Bet­ter treat­ment

Fish Farmer - - Contents - JENNY HJUL – ED­I­TOR

THE size and am­bi­tion of Nor­way’s aqua­cul­ture in­dus­try was on mag­nif­i­cent dis­play at Aqua Nor in Trond­heim last month, and the many vis­i­tors from Scot­land will no doubt have found much in­spi­ra­tion there.

But while our pres­ence was of course much smaller, this coun­try punched well above its weight, with ma­jor Scot­tish sup­pli­ers such as Gael Force and Ace Aquatec re­port­ing steady in­ter­est and busi­ness from the Nor­we­gians, as well as from fur­ther afield. And, in case you missed the big story of the month, it was a Bri­tish com­pany, Bench­mark, that scooped the cov­eted Aqua Nor In­no­va­tion Award, re­peat­ing Ace Aquatec’s coup of two years ago, and boost­ing our rep­u­ta­tion for in­no­va­tion in an ex­cep­tion­ally com­pet­i­tive field.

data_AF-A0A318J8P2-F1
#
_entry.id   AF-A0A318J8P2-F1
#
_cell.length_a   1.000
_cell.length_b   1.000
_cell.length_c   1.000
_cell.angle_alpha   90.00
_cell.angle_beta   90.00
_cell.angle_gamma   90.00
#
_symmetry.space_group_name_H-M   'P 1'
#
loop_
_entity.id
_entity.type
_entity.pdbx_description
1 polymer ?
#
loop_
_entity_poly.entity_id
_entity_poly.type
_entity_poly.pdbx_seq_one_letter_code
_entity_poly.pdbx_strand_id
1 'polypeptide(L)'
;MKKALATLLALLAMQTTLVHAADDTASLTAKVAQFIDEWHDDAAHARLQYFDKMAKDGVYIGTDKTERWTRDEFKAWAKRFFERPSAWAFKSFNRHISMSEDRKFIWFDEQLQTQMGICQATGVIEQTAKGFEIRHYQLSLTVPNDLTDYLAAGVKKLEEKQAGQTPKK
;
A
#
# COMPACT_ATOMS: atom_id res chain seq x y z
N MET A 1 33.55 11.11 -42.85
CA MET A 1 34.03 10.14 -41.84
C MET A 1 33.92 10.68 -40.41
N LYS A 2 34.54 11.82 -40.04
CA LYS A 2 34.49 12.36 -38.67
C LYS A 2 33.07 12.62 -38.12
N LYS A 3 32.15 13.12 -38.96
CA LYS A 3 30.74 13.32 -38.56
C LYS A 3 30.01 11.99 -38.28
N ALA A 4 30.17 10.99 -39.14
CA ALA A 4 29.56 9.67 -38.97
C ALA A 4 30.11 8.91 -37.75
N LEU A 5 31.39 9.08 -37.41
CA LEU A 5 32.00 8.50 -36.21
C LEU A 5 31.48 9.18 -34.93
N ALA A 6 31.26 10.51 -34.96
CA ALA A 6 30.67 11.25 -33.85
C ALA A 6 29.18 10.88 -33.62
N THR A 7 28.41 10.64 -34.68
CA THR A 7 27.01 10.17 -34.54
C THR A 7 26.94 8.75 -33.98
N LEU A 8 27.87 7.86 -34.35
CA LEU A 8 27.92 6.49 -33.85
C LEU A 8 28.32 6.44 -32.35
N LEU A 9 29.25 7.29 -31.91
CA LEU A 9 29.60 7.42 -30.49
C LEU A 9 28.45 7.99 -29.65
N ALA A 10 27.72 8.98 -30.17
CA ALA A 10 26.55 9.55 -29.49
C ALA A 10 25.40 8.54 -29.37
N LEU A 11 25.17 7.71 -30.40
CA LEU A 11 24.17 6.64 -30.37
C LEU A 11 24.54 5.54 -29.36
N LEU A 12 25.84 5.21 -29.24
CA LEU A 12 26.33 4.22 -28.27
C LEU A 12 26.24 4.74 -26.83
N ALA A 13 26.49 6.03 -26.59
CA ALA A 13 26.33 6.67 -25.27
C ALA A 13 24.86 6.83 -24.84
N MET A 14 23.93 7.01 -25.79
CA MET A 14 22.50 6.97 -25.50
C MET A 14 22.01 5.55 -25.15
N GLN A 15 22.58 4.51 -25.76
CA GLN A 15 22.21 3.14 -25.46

It was dis­ap­point­ing, there­fore, to hear from Scot­tish salmon farm­ers at the show that they could not use Bench­mark’s prize win­ning CleanTreat sea lice sys­tem on their own sites. Scot­land’s Ru­ral Econ­omy min­is­ter, Fer­gus Ewing, who was in Trond­heim, sup­ports tri­als of CleanTreat in Scot­land. And the head of Marine Scot­land, also at the ex­hi­bi­tion, ap­par­ently re­as­sured the Bench­mark team that they had his back­ing too.

What, then, is the prob­lem? If home-grown tech­ni­cal bril­liance, cheered on by pro­duc­ers and the pow­ers that be, can ad­dress the great­est farm­ing chal­lenges - and sustainabl­y - surely face­less bu­reau­crats would not block such progress. Or would they?

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